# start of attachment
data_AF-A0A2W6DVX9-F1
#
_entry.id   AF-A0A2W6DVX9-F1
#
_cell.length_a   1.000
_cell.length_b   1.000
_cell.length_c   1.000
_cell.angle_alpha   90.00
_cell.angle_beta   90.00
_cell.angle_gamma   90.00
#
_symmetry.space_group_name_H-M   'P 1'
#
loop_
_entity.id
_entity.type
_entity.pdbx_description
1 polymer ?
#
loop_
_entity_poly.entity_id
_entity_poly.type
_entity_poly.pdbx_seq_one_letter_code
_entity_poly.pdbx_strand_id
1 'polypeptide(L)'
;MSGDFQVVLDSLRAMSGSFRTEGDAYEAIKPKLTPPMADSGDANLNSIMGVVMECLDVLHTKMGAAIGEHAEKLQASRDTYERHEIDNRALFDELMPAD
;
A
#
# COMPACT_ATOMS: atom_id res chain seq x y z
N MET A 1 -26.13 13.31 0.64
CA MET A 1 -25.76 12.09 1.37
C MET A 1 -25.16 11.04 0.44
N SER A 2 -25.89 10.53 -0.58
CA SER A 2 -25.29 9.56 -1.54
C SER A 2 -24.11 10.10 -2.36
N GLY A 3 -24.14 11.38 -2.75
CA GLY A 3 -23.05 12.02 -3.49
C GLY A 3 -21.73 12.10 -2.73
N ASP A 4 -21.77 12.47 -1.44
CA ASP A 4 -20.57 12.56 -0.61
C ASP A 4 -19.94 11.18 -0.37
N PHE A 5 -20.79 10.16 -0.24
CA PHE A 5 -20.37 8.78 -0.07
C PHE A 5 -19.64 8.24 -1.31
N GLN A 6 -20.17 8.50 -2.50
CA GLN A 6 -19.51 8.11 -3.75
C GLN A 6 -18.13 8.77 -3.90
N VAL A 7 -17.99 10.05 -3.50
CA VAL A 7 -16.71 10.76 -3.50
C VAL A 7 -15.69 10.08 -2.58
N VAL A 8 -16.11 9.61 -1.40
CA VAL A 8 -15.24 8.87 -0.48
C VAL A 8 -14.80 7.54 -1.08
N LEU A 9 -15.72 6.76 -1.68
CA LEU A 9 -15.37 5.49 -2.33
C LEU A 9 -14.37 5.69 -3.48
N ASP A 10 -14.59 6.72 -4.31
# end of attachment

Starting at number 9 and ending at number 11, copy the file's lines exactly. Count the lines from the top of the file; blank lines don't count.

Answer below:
_cell.angle_beta   90.00
_cell.angle_gamma   90.00
#